St. Peter Canisius, the Vatican’s secret agent, said, “This teaching (of the Assumption) has already been accepted for some centuries, it has been held as certain in the minds of the pious people, and it has been taught to the entire Church in such a way that those who deny that Mary’s body has been assumed into heaven are not to be listened to patiently but are everywhere to be denounced as over-contentious or rash men, and as imbued with a spirit that is heretical rather than Catholic.”
WOW. St. Peter Canisius thinks this doctrine of Mary’s Assumption is pretty serious stuff.
And we should, too.
Pope Pius XII tells us, “Since our Redeemer is the Son of Mary, he could not do otherwise, as the perfect observer of God’s law, than to honor, not only his eternal Father, but also his most beloved Mother. And, since it was within his power to grant her this great honor, to preserve her from the corruption of the tomb, WE MUST BELIEVE (emphasis mine) that he really acted in this way.”
Now, Mary sits “in splendor at the right hand of her Son,” Pope Pius XII said.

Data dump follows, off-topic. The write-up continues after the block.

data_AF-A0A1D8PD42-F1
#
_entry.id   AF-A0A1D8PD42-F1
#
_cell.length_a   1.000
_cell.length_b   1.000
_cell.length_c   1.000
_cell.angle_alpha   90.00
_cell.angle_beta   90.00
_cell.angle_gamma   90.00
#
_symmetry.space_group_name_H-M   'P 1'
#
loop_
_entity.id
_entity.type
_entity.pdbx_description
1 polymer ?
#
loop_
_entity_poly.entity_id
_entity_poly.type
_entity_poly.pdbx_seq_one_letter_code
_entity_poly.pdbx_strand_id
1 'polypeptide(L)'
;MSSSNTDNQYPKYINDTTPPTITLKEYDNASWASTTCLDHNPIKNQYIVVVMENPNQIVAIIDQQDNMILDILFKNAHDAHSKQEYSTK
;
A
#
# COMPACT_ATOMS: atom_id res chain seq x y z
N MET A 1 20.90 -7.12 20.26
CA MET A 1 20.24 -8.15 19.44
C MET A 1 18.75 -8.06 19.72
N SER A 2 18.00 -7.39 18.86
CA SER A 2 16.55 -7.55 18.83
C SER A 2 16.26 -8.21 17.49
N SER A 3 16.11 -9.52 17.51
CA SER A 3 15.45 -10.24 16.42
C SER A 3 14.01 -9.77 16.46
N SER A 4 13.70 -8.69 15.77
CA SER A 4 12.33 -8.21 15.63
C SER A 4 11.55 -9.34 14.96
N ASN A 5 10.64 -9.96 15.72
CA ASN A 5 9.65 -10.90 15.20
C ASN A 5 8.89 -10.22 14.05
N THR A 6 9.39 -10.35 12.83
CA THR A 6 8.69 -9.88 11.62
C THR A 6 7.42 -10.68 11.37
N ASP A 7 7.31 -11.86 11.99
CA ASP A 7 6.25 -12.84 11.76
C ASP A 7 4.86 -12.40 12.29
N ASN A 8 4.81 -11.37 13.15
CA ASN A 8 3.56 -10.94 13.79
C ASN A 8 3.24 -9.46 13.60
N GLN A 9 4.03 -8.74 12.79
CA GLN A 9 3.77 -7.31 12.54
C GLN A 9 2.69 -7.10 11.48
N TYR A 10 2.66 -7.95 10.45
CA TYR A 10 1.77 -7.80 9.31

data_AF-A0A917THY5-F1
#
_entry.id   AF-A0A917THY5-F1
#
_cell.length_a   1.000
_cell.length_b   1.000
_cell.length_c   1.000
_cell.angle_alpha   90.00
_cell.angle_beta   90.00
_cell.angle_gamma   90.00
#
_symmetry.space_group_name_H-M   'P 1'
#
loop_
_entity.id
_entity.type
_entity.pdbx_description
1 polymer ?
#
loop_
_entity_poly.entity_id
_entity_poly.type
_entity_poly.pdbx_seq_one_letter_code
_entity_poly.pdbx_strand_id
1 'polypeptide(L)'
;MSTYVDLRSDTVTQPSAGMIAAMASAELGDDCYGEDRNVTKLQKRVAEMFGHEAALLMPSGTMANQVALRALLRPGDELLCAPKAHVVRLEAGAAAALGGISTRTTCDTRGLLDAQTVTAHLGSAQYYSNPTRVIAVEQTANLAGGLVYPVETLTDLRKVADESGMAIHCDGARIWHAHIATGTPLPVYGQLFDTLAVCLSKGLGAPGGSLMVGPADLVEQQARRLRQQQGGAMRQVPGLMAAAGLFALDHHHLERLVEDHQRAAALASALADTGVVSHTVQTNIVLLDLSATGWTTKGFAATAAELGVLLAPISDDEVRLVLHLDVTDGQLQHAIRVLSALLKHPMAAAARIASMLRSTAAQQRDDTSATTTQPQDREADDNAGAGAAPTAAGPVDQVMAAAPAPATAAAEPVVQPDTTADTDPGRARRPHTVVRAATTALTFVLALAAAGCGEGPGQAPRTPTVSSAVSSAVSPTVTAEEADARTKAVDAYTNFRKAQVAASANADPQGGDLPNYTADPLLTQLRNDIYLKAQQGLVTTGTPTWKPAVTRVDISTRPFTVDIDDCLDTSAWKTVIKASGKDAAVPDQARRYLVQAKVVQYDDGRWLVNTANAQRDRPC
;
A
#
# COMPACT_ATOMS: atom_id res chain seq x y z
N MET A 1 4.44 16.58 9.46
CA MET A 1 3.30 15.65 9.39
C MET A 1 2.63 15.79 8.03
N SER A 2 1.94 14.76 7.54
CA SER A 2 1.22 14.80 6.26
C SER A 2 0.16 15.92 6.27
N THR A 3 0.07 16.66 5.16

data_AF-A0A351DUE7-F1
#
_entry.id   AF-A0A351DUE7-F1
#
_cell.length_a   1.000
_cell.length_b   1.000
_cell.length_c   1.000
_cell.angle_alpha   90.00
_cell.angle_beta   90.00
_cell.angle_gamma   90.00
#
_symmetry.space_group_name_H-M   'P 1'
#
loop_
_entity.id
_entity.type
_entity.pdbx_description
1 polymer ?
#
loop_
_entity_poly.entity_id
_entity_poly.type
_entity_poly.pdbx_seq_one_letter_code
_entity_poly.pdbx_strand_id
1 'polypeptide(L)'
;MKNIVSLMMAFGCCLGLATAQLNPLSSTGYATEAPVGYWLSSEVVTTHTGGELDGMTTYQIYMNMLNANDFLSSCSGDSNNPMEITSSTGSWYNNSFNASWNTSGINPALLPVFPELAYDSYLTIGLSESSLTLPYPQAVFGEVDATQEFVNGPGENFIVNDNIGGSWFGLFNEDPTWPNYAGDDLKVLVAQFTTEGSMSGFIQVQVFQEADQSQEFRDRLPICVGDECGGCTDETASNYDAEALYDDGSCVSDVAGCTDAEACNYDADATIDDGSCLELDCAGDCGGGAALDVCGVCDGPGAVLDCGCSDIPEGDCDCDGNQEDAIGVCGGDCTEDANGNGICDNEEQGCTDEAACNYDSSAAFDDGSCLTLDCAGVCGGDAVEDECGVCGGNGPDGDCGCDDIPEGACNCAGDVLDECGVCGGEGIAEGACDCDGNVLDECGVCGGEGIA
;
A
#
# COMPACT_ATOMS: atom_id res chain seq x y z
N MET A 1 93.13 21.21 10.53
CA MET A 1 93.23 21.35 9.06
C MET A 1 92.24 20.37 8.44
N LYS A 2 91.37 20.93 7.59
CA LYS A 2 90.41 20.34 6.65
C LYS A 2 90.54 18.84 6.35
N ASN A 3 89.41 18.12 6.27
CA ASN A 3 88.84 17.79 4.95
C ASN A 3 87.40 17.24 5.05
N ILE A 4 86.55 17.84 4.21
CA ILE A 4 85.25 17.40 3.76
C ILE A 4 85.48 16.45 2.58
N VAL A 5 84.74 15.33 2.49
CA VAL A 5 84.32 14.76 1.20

Wait, the right side? So Jesus is in between Mary and God. Interesting.
It’s like… A HOLY FAMILY. Wow.
I’ll let you know how my fast goes… if it goes. Maybe I’ll give up coffee.
Yes. I’ll start with abstaining from coffee. And add on.
Check out other learn something posts:
Queen of Heaven
Why is Mary the Queen of Heaven?
Mary. Our Queen and Queen of Heaven.
Our Blessed Virgin has a lot of titles. Our Lady of Good Help, Throne of Wisdom, Mother of Mercy, Our Lady of Peace, Our Lady of Mount Carmel… the list is nearly never ending.
Maybe those titles will be other posts. I do love the Blessed Virgin Mary. She really is the model for following Christ. She was there every step of the way.
But… QUEEN of HEAVEN. What does that mean? Where does that title come from?
Why is Mary our queen?
She was crowned after she was assumed into Heaven.
They don’t crown just anybody. They crown those worthy of being called King and Queen.
Diego Velazquez (link to http://en.wikipedia.org/wiki/File:Diego_Vel%C3%A1zquez_012.jpg) painting of the crowning of the Blessed Virgin.
There are so many paintings of this. Beautiful.
We can look at all these, and just imagine that Heaven is SO MUCH BETTER than all of that. So much better.
And we can’t even imagine it. We can only know that we’ll be WITH CHRIST. There’s nothing better than that.
And we get to be with Mary.